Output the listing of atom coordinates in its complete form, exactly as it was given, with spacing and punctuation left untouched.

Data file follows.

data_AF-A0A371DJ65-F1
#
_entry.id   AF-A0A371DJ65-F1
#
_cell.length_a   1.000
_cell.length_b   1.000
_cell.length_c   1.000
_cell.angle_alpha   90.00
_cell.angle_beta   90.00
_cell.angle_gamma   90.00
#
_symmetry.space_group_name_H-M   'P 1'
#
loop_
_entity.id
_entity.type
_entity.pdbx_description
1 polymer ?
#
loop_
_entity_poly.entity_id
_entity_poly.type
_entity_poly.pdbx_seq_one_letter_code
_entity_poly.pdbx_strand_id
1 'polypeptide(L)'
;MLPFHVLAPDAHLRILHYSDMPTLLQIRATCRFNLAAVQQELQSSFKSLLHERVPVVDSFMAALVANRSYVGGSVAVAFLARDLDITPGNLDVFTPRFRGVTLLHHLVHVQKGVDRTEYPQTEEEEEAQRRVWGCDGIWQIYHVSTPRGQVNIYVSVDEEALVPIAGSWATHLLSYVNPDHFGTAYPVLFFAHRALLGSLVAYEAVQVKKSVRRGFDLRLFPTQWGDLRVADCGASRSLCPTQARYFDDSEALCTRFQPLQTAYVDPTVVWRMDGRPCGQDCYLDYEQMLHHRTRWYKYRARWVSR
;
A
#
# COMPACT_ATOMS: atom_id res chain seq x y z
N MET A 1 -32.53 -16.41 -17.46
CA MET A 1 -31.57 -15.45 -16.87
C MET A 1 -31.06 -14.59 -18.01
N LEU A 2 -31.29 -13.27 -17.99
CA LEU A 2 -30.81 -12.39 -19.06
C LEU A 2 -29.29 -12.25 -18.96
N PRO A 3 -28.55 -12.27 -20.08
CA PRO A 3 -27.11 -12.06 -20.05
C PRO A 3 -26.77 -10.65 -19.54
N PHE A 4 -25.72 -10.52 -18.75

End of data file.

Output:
data_AF-A0A371DJ65-F1
#
_entry.id   AF-A0A371DJ65-F1
#
_cell.length_a   1.000
_cell.length_b   1.000
_cell.length_c   1.000
_cell.angle_alpha   90.00
_cell.angle_beta   90.00
_cell.angle_gamma   90.00
#
_symmetry.space_group_name_H-M   'P 1'
#
loop_
_entity.id
_entity.type
_entity.pdbx_description
1 polymer ?
#
loop_
_entity_poly.entity_id
_entity_poly.type
_entity_poly.pdbx_seq_one_letter_code
_entity_poly.pdbx_strand_id
1 'polypeptide(L)'
;MLPFHVLAPDAHLRILHYSDMPTLLQIRATCRFNLAAVQQELQSSFKSLLHERVPVVDSFMAALVANRSYVGGSVAVAFLARDLDITPGNLDVFTPRFRGVTLLHHLVHVQKGVDRTEYPQTEEEEEAQRRVWGCDGIWQIYHVSTPRGQVNIYVSVDEEALVPIAGSWATHLLSYVNPDHFGTAYPVLFFAHRALLGSLVAYEAVQVKKSVRRGFDLRLFPTQWGDLRVADCGASRSLCPTQARYFDDSEALCTRFQPLQTAYVDPTVVWRMDGRPCGQDCYLDYEQMLHHRTRWYKYRARWVSR
;
A
#
# COMPACT_ATOMS: atom_id res chain seq x y z
N MET A 1 -32.53 -16.41 -17.46
CA MET A 1 -31.57 -15.45 -16.87
C MET A 1 -31.06 -14.59 -18.01
N LEU A 2 -31.29 -13.27 -17.99
CA LEU A 2 -30.81 -12.39 -19.06
C LEU A 2 -29.29 -12.25 -18.96
N PRO A 3 -28.55 -12.27 -20.08
CA PRO A 3 -27.11 -12.06 -20.05
C PRO A 3 -26.77 -10.65 -19.54
N PHE A 4 -25.72 -10.52 -18.75